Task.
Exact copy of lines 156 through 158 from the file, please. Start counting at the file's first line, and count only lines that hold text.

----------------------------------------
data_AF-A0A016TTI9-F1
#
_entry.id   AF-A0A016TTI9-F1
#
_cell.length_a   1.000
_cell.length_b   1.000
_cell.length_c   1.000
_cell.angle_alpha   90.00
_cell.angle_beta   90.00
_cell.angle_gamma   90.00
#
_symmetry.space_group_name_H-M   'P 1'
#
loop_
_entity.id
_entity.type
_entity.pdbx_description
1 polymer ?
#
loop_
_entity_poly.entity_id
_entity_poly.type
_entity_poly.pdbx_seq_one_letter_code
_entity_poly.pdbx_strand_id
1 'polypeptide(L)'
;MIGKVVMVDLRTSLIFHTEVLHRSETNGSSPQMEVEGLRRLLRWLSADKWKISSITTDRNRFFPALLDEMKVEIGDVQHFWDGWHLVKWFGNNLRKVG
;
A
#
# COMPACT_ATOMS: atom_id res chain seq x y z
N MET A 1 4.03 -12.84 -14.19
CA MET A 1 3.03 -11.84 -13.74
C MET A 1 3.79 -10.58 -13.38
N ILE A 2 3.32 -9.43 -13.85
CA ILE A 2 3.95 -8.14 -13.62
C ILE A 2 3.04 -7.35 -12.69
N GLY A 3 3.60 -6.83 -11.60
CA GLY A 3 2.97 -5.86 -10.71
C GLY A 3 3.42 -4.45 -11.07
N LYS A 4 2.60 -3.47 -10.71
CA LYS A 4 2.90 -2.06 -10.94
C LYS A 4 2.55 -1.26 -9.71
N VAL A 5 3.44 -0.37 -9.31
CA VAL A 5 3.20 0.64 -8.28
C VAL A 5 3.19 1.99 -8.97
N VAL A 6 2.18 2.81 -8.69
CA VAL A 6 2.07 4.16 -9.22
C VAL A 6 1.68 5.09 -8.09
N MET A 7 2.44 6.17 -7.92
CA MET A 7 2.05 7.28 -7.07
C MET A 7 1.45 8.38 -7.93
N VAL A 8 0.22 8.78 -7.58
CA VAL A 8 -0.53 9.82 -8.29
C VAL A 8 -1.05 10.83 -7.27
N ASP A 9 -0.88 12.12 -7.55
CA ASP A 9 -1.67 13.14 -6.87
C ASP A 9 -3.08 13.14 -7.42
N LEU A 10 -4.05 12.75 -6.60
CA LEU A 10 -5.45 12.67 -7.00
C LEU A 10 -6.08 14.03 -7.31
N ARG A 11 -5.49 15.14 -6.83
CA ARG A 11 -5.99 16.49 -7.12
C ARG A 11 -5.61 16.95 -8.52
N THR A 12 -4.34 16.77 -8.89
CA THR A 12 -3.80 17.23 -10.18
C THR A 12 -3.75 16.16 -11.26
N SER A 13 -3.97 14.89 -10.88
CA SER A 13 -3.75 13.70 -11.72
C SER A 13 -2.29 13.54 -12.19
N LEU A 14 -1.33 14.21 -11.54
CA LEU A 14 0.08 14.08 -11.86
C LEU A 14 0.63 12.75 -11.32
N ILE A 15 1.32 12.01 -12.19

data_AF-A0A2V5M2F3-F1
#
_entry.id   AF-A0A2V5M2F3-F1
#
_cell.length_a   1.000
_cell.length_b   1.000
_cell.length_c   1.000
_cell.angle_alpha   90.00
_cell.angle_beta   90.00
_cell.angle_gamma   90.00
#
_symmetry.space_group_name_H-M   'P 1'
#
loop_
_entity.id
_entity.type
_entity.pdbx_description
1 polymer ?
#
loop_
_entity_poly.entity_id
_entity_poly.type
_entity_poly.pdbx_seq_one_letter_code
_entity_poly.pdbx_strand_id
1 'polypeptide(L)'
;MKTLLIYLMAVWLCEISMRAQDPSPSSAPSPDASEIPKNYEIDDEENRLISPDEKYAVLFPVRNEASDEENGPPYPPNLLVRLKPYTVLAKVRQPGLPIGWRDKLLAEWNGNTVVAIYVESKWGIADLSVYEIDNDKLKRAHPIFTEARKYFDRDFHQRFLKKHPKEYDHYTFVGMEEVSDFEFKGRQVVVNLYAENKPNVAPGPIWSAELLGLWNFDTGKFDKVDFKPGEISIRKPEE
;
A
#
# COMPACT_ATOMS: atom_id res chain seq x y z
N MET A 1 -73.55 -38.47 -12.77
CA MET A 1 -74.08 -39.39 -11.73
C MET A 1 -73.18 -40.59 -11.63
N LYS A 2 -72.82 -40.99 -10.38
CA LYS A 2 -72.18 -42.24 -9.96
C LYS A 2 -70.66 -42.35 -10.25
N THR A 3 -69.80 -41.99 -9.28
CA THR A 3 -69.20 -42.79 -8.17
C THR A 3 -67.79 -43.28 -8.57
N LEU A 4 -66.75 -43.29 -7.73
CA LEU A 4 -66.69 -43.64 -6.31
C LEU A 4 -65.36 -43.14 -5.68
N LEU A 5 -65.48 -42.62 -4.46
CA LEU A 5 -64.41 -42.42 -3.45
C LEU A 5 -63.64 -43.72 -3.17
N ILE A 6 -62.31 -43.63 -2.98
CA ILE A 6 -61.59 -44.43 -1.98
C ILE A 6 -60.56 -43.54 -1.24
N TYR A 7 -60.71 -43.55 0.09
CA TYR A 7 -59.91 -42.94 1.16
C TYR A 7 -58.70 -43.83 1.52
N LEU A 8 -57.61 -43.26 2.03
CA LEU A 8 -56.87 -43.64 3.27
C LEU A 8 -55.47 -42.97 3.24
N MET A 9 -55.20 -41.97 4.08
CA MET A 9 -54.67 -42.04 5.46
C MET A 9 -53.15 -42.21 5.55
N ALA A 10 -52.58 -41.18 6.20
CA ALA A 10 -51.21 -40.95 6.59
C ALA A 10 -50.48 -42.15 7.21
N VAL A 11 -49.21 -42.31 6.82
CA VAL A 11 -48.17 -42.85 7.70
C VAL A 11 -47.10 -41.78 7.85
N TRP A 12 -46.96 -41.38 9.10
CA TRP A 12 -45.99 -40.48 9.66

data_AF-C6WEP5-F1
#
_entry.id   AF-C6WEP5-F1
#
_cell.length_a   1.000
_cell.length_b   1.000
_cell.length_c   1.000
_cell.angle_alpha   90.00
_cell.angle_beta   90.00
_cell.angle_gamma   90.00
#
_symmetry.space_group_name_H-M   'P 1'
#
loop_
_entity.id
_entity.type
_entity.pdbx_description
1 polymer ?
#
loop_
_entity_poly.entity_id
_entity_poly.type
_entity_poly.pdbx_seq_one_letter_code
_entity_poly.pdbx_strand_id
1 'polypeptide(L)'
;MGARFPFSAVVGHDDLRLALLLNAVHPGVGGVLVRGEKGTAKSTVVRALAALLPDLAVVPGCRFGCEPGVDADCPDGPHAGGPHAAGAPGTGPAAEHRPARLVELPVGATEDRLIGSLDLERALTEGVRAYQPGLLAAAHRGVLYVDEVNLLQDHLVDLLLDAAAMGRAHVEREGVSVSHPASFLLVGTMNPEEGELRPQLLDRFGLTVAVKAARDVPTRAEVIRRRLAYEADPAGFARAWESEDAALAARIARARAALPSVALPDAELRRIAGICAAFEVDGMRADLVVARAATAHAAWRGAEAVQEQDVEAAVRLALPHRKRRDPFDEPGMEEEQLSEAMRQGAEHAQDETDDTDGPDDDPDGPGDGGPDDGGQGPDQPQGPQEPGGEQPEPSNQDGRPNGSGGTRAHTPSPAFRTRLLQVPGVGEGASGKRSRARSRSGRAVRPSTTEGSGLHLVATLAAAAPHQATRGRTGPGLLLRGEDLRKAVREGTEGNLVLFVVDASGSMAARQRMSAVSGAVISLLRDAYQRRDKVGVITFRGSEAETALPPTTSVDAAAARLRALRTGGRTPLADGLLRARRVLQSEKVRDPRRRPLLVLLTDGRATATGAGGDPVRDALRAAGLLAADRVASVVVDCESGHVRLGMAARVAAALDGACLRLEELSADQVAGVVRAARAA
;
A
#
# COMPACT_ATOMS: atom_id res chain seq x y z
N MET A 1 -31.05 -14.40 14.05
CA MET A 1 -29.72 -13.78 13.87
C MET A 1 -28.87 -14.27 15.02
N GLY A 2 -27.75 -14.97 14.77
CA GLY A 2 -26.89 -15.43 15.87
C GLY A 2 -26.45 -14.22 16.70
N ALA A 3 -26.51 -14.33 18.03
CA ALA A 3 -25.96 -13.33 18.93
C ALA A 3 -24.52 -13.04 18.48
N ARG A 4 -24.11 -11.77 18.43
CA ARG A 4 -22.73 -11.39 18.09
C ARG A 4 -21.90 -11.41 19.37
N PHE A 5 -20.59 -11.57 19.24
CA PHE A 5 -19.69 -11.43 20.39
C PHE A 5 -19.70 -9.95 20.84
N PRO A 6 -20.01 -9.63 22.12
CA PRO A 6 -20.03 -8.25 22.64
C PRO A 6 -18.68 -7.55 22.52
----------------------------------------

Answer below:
1 polymer ?
#
loop_